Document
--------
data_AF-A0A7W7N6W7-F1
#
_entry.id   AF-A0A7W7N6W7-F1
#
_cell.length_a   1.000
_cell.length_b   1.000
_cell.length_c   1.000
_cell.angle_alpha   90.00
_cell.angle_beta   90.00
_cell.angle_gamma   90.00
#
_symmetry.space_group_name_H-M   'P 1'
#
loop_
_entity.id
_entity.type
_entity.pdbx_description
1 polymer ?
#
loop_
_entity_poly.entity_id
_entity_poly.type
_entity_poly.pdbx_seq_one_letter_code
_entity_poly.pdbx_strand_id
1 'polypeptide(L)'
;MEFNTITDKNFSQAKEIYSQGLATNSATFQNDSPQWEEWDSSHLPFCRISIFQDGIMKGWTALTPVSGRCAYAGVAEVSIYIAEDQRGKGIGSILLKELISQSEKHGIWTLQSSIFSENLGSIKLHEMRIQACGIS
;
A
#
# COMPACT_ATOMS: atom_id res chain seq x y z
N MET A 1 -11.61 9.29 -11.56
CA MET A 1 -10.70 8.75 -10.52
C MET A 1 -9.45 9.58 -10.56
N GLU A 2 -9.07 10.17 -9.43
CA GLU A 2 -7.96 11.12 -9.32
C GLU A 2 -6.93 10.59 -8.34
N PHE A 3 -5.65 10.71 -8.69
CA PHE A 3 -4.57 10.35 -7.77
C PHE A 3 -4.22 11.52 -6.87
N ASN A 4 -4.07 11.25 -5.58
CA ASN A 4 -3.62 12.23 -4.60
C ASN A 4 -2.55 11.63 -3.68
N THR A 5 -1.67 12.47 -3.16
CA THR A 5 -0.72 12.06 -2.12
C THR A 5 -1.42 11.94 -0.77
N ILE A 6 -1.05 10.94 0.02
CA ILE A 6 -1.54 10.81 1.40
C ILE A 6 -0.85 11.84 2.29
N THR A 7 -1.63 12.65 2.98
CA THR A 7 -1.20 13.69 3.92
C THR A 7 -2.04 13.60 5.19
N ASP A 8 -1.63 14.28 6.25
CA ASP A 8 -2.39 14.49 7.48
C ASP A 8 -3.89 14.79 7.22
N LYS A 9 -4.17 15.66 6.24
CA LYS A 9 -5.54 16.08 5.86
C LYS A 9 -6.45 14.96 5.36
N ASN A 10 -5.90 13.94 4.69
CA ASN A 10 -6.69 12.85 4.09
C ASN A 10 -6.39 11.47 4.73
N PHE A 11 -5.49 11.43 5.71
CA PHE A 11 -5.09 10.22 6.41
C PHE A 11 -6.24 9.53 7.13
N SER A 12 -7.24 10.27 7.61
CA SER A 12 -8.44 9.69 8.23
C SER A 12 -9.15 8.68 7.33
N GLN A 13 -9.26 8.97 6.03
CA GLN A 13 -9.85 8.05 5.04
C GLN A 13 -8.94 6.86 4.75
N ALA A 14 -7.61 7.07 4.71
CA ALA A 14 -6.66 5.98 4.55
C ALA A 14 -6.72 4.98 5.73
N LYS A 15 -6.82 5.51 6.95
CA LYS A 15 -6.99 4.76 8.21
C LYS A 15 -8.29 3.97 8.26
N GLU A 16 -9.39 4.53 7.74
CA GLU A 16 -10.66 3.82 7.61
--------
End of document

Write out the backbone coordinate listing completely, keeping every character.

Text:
data_AF-A0A7W7N6W7-F1
#
_entry.id   AF-A0A7W7N6W7-F1
#
_cell.length_a   1.000
_cell.length_b   1.000
_cell.length_c   1.000
_cell.angle_alpha   90.00
_cell.angle_beta   90.00
_cell.angle_gamma   90.00
#
_symmetry.space_group_name_H-M   'P 1'
#
loop_
_entity.id
_entity.type
_entity.pdbx_description
1 polymer ?
#
loop_
_entity_poly.entity_id
_entity_poly.type
_entity_poly.pdbx_seq_one_letter_code
_entity_poly.pdbx_strand_id
1 'polypeptide(L)'
;MEFNTITDKNFSQAKEIYSQGLATNSATFQNDSPQWEEWDSSHLPFCRISIFQDGIMKGWTALTPVSGRCAYAGVAEVSIYIAEDQRGKGIGSILLKELISQSEKHGIWTLQSSIFSENLGSIKLHEMRIQACGIS
;
A
#
# COMPACT_ATOMS: atom_id res chain seq x y z
N MET A 1 -11.61 9.29 -11.56
CA MET A 1 -10.70 8.75 -10.52
C MET A 1 -9.45 9.58 -10.56
N GLU A 2 -9.07 10.17 -9.43
CA GLU A 2 -7.96 11.12 -9.32
C GLU A 2 -6.93 10.59 -8.34
N PHE A 3 -5.65 10.71 -8.69
CA PHE A 3 -4.57 10.35 -7.77
C PHE A 3 -4.22 11.52 -6.87
N ASN A 4 -4.07 11.25 -5.58
CA ASN A 4 -3.62 12.23 -4.60
C ASN A 4 -2.55 11.63 -3.68
N THR A 5 -1.67 12.47 -3.16
CA THR A 5 -0.72 12.06 -2.12
C THR A 5 -1.42 11.94 -0.77
N ILE A 6 -1.05 10.94 0.02
CA ILE A 6 -1.54 10.81 1.40
C ILE A 6 -0.85 11.84 2.29
N THR A 7 -1.63 12.65 2.98
CA THR A 7 -1.20 13.69 3.92
C THR A 7 -2.04 13.60 5.19
N ASP A 8 -1.63 14.28 6.25
CA ASP A 8 -2.39 14.49 7.48
C ASP A 8 -3.89 14.79 7.22
N LYS A 9 -4.17 15.66 6.24
CA LYS A 9 -5.54 16.08 5.86
C LYS A 9 -6.45 14.96 5.36
N ASN A 10 -5.90 13.94 4.69
CA ASN A 10 -6.69 12.85 4.09
C ASN A 10 -6.39 11.47 4.73
N PHE A 11 -5.49 11.43 5.71
CA PHE A 11 -5.09 10.22 6.41
C PHE A 11 -6.24 9.53 7.13
N SER A 12 -7.24 10.27 7.61
CA SER A 12 -8.44 9.69 8.23
C SER A 12 -9.15 8.68 7.33
N GLN A 13 -9.26 8.97 6.03
CA GLN A 13 -9.85 8.05 5.04
C GLN A 13 -8.94 6.86 4.75
N ALA A 14 -7.61 7.07 4.71
CA ALA A 14 -6.66 5.98 4.55
C ALA A 14 -6.72 4.98 5.73
N LYS A 15 -6.82 5.51 6.95
CA LYS A 15 -6.99 4.76 8.21
C LYS A 15 -8.29 3.97 8.26
N GLU A 16 -9.39 4.53 7.74
CA GLU A 16 -10.66 3.82 7.61